Review: Some Desperate Glory
, by Emily Tesh
Some Desperate Glory
is a far-future space... opera? That's
probably the right genre classification given the setting, but this book
is much more intense and character-focused than most space opera. It is
Emily Tesh's first novel, although she has two previous novellas that were
published as books.
The alien majo and their nearly all-powerful Wisdom have won the war by
destroying Earth with an antimatter bomb. The remnants of humanity were
absorbed into the sprawling majo civilization. Gaea Station is the lone
exception: a marginally viable station deep in space, formed from a
lifeless rocky planetoid and the coupled hulks of the last four human
dreadnoughts. Gaea Station survives on military discipline, ruthless use
of every available resource, and constant training, raising new
generations of soldiers for the war that it refuses to let end.
While Earth's children live, the enemy shall fear us.
Kyr is a warbreed, one of a genetically engineered line of soldiers that,
following an accident, Gaea Station has lost the ability to make except
the old-fashioned way. Among the Sparrows, her mess group, she is the
best at the simulated combat exercises they use for training. She may be
the best of her age cohort except her twin Magnus. As this novel opens,
she and the rest of the Sparrows are about to get their adult assignments.
Kyr is absolutely focused on living up to her potential and the attention
of her uncle Jole, the leader of the station.
Kyr's future will look nothing like what she expects.
This book was so good
, and I despair of explaining why it was so
good without unforgivable spoilers. I can tell you a few things about it,
but be warned that I'll be reduced to helpless gestures and telling you to
just go read it. It's been a very long time since I was this surprised by
a novel, possibly since I read Code Name:
for the first time.
Some Desperate Glory
follows Kyr in close third-person throughout
the book, which makes the start of this book daring. If you're getting a
fascist vibe from the setup, you're not wrong, and this is intentional on
Tesh's part. But Kyr is a true believer at the start of the book, so the
first quarter has a protagonist who is sometimes nasty and cruel and who
makes some frustratingly bad decisions. Stay with it, though; Tesh knows
what she's doing.
This is a coming of age story, in a way. Kyr has a lot to learn and a lot
to process, and Some Desperate Glory
is about that process. But by
the middle of part three, halfway through the book, I had absolutely no
idea where Tesh was going with the story. She then pulled the rug out
from under me, in the best way, at least twice more. Part five of this
book is an absolute triumph, the payoff for everything that's happened
over the course of the novel, and there is no way I could have predicted
it in advance. It was deeply satisfying in that way where I felt like I
learned some things along with the characters, and where the characters
find a better ending than I could possibly have worked out myself.
Tesh does use some world-building trickery, which is at its most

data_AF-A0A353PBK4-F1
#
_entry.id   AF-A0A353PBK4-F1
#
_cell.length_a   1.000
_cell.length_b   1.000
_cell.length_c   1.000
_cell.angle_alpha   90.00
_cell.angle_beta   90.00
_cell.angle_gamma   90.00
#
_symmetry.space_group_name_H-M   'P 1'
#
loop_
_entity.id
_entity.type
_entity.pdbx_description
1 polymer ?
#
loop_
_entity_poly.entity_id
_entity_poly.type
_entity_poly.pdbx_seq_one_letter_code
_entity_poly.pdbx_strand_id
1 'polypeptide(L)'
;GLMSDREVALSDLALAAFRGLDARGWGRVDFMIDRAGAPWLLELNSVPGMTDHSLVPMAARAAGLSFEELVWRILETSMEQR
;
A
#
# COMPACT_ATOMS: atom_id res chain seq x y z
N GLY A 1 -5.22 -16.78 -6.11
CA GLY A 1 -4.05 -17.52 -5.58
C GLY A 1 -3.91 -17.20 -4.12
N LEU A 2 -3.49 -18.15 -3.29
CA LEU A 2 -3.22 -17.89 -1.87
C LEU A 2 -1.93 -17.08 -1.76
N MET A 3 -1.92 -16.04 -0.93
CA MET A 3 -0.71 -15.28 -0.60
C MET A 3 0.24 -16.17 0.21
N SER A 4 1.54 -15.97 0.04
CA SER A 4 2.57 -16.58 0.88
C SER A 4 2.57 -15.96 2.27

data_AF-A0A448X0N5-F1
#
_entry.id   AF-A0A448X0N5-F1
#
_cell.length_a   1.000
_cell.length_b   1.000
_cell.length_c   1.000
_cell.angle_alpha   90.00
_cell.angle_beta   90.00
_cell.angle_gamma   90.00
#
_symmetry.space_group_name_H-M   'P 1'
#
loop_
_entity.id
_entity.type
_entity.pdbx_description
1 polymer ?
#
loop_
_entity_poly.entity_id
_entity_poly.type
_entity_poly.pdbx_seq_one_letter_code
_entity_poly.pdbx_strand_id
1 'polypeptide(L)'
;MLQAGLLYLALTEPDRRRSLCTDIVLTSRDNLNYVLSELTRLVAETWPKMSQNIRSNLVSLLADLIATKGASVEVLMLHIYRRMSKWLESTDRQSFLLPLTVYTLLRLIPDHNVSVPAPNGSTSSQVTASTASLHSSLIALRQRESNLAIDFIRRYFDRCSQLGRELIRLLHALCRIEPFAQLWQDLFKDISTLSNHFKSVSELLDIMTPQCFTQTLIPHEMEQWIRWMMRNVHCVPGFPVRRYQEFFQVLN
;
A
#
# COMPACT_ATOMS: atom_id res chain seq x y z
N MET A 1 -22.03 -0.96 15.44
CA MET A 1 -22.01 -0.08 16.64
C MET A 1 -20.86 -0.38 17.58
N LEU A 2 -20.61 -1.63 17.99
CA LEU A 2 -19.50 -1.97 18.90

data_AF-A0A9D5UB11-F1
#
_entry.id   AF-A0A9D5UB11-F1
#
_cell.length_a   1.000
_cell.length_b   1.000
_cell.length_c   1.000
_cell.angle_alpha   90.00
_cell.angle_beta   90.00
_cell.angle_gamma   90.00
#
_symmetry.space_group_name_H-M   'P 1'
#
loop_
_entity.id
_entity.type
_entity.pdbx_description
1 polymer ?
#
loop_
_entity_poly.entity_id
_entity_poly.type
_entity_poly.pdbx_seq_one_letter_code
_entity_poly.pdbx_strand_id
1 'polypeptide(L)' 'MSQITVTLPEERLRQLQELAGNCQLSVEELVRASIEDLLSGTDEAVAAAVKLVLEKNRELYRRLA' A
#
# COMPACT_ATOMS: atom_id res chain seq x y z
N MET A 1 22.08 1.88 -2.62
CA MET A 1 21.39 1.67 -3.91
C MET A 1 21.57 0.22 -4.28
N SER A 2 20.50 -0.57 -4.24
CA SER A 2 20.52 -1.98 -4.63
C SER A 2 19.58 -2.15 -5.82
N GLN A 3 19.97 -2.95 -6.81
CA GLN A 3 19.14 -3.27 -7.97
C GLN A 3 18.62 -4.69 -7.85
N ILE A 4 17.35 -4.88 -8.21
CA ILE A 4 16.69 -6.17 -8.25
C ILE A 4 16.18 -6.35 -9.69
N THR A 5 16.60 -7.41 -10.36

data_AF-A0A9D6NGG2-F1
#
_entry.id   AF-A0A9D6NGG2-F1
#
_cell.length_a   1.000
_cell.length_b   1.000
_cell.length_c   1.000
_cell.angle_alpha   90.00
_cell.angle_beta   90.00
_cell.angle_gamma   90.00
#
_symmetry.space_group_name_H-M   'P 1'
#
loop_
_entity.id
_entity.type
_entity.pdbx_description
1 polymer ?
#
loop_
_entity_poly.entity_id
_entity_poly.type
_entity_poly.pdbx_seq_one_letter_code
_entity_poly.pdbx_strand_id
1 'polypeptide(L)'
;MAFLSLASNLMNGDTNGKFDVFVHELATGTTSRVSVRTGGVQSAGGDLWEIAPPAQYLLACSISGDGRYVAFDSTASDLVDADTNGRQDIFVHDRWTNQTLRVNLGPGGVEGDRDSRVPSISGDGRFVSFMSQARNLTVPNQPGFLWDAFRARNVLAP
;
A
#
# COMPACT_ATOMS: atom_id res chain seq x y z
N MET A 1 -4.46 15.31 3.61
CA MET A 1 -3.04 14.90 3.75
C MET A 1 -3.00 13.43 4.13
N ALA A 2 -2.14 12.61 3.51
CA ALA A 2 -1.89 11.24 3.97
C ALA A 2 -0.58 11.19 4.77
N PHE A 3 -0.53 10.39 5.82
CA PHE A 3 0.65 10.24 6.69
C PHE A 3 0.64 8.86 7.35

complicated in part four. That was the one place where I can point to a
few chapters where I thought the world-building got a bit too convenient
in order to enable the plot. But it also allows for some truly incredible
character work. I can't describe that in detail because it would be a
major spoiler, but it's one of my favorite tropes in fiction and Tesh
pulls it off beautifully. The character growth and interaction in this
book is just so good: deep and complicated and nuanced and thoughtful in a
way that revises reader impressions of earlier chapters.
The other great thing about this book is that for a 400+ page novel, it
moves right along. Both plot and character development is beautifully
paced with only a few lulls. Tesh also doesn't belabor conversations.
This is a book that provides just the right amount of context for the
reader to fully understand what's going on, and then trusts the reader to
be following along and moves straight to the next twist. That makes it
propulsively readable. I had so much trouble putting this book down at
any time during the second half.
I can't give any specifics, again because of spoilers, but this is not
just a character story. Some Desperate Glory
has strong opinions
on how to ethically approach the world, and those ethics are at the center
of the plot. Unlike a lot of books with a moral stance, though, this
novel shows the difficulty of the work of deriving that moral stance. I
have rarely read a book that more perfectly captures the interior
experience of changing one's mind with all of its emotional difficulty and
internal resistance. Tesh provides all the payoff I was looking for as a
reader, but she never makes it easy or gratuitous (with the arguable
exception of one moment at the very end of the book that I think some
people will dislike but that I personally needed).
This is truly great stuff, probably the best science fiction novel that
I've read in several years. Since I read it (I'm late on reviews again),
I've pushed it on several other people, and I've not had a miss yet. The
subject matter is pretty heavy, and this book also uses several tropes
that I personally adore and am therefore incapable of being objective
about, but with those caveats, this gets my highest possible
Some Desperate Glory
is a complete story in one novel with a
definite end, although I love these characters so much that I'd happily
read their further adventures, even if those are thematically unnecessary.
Content warnings: Uh, a lot. Genocide, suicide, sexual assault, racism,
sexism, homophobia, misgendering, and torture, and I'm probably forgetting
a few things. Tesh doesn't linger on these long, but most of them are
on-screen. You may have to brace yourself for this one.
Rating: 10 out of 10